The changes schools are experiencing because of the virus are likely to alter the geographic composition of the student body at many institutions, leading more students to attend college closer to home. To further exacerbate the enrollment angst of those colleges and universities with significant international populations is great uncertainty as to when the world will reopen and when people will feel safe to travel and to go far from home. For the many schools which are highly dependent on student revenues, the picture is grim as they are dealing with refunding room and board money from the spring term along with significant uncertainty about enrollment next fall. One independent institution, MacMurray College in Illinois has announced it is closing and two private institutions in San Francisco, Notre Dame de Nemur and the San Francisco Institute of Art, have announced that they will not admit any new students for next fall; two of the three colleges explicitly stated that COVID-19 was a contributing factor in their decision.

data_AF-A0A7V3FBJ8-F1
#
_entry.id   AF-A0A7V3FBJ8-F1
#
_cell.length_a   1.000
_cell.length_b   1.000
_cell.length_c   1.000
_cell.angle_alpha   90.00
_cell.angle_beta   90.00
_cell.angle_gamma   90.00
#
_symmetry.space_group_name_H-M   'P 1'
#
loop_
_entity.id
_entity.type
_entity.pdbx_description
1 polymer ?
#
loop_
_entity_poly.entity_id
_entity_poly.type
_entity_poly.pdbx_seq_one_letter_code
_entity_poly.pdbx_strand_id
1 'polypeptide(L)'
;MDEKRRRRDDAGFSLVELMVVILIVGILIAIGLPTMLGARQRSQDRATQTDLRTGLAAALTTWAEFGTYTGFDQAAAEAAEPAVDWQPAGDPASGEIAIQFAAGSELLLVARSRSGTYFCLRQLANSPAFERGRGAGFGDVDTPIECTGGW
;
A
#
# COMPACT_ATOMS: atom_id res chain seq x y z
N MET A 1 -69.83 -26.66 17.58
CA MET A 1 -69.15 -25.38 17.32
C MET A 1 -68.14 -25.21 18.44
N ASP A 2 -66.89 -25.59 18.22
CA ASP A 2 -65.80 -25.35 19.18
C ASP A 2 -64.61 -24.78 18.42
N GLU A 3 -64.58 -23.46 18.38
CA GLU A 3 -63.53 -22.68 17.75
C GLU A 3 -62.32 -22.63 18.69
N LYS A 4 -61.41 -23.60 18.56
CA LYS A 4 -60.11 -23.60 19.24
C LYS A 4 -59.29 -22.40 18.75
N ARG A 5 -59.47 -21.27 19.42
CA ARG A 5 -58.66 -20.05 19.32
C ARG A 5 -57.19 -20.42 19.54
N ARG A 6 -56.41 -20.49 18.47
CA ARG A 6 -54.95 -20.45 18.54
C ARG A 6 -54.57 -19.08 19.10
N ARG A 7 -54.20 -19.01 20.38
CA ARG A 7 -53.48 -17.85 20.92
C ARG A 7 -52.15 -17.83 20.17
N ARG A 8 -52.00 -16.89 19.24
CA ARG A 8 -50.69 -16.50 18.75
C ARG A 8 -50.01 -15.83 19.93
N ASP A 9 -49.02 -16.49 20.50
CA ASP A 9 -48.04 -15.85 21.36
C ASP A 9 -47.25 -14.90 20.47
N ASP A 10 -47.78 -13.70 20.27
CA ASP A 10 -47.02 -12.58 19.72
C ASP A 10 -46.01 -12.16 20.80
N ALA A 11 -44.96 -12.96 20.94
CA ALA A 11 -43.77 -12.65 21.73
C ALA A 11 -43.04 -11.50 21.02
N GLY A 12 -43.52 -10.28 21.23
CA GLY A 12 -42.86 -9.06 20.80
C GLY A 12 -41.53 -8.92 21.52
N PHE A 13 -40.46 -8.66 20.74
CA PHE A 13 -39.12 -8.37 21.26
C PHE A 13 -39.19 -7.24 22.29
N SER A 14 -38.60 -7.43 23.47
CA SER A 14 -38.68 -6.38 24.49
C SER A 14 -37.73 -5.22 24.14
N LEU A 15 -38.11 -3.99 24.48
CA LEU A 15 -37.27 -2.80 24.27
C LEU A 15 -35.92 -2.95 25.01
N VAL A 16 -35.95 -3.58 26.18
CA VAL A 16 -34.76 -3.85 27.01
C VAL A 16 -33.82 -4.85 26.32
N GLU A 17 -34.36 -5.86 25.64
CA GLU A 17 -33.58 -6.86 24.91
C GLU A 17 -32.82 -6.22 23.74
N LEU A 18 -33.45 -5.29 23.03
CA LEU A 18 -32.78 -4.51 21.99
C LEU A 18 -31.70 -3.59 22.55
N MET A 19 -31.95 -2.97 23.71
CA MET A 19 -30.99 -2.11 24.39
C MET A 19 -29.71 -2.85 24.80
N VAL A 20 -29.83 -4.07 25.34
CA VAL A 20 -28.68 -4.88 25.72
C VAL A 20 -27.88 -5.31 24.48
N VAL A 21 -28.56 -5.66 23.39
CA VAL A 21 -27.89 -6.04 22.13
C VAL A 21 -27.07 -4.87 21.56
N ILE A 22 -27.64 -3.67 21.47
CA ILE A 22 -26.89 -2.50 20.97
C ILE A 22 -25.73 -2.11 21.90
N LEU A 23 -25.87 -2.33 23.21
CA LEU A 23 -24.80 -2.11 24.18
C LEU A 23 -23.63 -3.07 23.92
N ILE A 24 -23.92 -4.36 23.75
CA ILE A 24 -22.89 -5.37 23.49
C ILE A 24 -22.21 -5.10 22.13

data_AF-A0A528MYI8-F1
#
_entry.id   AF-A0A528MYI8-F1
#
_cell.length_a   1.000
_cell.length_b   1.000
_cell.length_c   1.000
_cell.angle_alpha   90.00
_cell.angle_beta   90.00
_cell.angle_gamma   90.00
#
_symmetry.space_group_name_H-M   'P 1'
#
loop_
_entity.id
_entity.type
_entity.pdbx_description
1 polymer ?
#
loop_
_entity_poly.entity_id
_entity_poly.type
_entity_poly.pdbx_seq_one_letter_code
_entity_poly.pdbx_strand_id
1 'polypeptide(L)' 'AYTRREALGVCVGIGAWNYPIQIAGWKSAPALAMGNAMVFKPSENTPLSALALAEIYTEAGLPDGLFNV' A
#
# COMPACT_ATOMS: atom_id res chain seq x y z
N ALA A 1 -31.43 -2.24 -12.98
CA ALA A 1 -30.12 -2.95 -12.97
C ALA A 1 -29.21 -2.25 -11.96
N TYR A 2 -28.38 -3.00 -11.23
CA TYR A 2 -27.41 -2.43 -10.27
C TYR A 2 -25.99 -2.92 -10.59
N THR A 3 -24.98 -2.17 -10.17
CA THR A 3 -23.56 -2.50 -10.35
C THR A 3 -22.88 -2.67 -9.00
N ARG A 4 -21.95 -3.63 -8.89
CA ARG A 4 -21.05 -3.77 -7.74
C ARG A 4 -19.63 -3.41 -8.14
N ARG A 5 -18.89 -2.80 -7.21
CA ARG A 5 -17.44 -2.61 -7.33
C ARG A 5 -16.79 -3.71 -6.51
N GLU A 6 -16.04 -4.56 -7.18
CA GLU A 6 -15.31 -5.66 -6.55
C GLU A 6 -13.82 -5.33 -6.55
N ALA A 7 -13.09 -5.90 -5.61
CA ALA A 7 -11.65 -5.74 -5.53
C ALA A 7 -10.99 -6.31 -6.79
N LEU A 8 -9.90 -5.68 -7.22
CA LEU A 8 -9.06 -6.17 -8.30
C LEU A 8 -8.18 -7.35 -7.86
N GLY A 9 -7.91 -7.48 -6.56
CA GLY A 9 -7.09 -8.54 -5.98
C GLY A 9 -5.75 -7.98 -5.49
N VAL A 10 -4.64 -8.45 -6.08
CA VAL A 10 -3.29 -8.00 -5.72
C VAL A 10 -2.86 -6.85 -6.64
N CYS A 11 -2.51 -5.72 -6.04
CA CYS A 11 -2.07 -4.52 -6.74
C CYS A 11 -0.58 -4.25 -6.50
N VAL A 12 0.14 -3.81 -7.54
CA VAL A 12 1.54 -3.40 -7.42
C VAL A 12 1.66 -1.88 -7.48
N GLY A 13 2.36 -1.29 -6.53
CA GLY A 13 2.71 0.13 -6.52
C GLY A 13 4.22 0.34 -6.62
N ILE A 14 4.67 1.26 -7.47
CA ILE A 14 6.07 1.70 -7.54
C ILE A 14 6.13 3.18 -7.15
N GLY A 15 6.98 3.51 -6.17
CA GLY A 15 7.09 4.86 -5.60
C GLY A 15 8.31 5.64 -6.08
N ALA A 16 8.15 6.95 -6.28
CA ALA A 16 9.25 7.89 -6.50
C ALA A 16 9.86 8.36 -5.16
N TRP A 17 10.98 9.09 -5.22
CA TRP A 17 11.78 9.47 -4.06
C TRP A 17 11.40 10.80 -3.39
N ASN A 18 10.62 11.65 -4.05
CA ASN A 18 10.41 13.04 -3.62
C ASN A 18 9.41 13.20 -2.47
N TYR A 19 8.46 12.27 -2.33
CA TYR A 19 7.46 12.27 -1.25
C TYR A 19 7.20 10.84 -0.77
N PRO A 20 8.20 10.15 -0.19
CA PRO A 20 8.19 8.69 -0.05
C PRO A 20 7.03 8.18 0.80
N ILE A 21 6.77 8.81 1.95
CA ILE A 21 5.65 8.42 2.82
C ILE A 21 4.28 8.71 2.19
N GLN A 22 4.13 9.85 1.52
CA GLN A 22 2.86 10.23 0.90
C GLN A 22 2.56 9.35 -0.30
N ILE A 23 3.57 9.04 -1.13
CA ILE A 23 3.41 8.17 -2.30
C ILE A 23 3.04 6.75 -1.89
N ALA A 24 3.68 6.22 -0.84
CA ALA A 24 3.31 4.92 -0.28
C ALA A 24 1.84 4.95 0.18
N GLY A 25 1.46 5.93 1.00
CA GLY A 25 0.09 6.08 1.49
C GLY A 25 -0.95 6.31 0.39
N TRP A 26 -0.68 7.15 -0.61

Beyond enrollment uncertainties, the economic fall-out from the virus will have a five-fold negative effect on colleges and universities.

First, there are schools whose balance sheets and reserves are not robust enough to weather the expense increases and revenue losses that many are experiencing this spring and the potential revenue loss this summer.